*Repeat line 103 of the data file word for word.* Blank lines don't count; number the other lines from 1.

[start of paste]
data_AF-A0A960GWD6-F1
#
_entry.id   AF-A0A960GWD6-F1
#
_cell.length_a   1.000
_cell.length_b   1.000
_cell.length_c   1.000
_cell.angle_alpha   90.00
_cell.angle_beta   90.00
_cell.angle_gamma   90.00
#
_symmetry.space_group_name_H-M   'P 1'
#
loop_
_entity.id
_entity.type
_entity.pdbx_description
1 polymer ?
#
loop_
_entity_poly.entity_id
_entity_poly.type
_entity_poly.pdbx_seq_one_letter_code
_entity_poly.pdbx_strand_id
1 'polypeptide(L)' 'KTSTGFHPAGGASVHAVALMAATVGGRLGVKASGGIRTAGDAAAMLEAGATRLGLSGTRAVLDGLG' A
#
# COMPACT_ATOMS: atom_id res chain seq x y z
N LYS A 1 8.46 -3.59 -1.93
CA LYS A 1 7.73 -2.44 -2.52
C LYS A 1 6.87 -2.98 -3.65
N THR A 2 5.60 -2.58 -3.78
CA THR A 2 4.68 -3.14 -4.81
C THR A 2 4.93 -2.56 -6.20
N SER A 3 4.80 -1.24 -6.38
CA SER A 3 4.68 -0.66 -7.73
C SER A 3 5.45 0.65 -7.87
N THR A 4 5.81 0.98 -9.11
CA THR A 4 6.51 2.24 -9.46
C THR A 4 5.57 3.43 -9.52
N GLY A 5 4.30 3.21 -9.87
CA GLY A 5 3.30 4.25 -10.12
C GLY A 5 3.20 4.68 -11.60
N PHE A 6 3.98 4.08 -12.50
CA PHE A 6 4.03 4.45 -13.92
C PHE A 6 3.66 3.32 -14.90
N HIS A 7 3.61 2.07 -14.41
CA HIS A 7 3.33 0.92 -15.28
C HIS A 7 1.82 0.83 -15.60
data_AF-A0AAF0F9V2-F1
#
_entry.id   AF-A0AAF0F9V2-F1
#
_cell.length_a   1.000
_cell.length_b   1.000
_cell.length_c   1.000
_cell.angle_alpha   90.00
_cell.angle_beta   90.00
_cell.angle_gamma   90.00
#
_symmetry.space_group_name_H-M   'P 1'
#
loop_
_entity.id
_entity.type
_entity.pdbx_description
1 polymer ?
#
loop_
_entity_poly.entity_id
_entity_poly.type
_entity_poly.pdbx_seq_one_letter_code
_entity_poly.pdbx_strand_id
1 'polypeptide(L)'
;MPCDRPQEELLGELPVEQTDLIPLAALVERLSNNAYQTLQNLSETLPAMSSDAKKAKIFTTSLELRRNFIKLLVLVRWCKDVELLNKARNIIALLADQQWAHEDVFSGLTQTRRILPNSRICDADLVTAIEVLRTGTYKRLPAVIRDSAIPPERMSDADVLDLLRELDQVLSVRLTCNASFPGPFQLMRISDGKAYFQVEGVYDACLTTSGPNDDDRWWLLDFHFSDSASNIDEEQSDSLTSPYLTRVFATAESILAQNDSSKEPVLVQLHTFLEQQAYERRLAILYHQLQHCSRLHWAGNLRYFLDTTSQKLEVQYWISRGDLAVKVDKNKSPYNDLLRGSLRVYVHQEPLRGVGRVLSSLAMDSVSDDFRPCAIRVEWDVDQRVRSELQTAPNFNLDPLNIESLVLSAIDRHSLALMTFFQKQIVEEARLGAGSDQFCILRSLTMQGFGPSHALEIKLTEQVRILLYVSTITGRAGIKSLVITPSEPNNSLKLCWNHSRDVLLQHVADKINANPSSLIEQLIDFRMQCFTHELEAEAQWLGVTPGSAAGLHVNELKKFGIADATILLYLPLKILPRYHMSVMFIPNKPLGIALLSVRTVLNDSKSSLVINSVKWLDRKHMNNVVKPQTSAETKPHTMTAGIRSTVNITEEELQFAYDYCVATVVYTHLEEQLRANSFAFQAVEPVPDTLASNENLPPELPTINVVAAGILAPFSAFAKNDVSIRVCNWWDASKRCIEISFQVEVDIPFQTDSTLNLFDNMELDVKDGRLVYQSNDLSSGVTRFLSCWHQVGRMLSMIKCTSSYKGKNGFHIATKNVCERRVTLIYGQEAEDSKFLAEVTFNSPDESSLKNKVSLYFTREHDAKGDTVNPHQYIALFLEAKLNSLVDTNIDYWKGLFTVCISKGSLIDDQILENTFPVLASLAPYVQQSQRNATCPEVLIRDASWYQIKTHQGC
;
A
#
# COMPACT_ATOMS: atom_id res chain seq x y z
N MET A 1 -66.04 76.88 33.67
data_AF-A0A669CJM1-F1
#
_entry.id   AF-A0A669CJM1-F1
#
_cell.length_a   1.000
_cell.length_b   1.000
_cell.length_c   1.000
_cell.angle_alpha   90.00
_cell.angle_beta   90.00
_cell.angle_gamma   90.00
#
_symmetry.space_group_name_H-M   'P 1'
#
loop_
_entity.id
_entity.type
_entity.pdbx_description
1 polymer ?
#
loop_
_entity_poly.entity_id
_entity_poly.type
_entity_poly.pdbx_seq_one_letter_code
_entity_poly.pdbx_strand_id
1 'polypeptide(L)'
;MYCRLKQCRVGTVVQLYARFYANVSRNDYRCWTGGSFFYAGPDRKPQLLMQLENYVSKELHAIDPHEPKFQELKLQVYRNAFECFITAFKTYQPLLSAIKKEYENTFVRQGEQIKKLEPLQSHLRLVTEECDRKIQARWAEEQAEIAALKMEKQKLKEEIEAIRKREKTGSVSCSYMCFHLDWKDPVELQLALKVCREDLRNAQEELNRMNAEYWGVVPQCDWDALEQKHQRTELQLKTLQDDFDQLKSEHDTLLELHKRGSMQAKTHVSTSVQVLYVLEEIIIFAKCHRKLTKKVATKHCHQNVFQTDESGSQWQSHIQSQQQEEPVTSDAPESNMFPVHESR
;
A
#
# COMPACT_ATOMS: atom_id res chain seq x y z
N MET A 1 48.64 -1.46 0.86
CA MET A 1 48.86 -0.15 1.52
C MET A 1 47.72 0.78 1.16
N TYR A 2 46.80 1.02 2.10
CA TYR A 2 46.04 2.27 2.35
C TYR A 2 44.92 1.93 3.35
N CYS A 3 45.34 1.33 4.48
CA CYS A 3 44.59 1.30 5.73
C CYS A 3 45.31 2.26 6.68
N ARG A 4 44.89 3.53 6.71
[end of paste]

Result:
_entity_poly.pdbx_strand_id